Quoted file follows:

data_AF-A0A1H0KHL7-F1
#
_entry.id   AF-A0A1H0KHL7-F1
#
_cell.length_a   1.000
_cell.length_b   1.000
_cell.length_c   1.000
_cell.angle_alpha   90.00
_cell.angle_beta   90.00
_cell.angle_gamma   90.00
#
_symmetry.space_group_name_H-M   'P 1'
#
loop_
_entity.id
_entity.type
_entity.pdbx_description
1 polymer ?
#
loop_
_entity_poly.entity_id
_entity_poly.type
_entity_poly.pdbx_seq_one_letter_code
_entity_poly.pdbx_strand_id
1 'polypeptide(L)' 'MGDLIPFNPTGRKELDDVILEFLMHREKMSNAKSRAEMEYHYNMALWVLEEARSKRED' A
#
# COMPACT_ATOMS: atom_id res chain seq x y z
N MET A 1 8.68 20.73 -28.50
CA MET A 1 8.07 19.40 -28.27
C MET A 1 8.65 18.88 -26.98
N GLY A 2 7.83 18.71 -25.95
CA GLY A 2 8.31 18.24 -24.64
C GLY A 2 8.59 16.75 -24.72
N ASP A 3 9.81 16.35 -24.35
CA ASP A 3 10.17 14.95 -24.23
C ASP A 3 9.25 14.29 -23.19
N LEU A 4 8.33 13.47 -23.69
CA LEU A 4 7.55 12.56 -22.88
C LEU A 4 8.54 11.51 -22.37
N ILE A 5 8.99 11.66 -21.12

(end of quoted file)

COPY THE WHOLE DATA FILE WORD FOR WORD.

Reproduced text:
data_AF-A0A1H0KHL7-F1
#
_entry.id   AF-A0A1H0KHL7-F1
#
_cell.length_a   1.000
_cell.length_b   1.000
_cell.length_c   1.000
_cell.angle_alpha   90.00
_cell.angle_beta   90.00
_cell.angle_gamma   90.00
#
_symmetry.space_group_name_H-M   'P 1'
#
loop_
_entity.id
_entity.type
_entity.pdbx_description
1 polymer ?
#
loop_
_entity_poly.entity_id
_entity_poly.type
_entity_poly.pdbx_seq_one_letter_code
_entity_poly.pdbx_strand_id
1 'polypeptide(L)' 'MGDLIPFNPTGRKELDDVILEFLMHREKMSNAKSRAEMEYHYNMALWVLEEARSKRED' A
#
# COMPACT_ATOMS: atom_id res chain seq x y z
N MET A 1 8.68 20.73 -28.50
CA MET A 1 8.07 19.40 -28.27
C MET A 1 8.65 18.88 -26.98
N GLY A 2 7.83 18.71 -25.95
CA GLY A 2 8.31 18.24 -24.64
C GLY A 2 8.59 16.75 -24.72
N ASP A 3 9.81 16.35 -24.35
CA ASP A 3 10.17 14.95 -24.23
C ASP A 3 9.25 14.29 -23.19
N LEU A 4 8.33 13.47 -23.69
CA LEU A 4 7.55 12.56 -22.88
C LEU A 4 8.54 11.51 -22.37
N ILE A 5 8.99 11.66 -21.12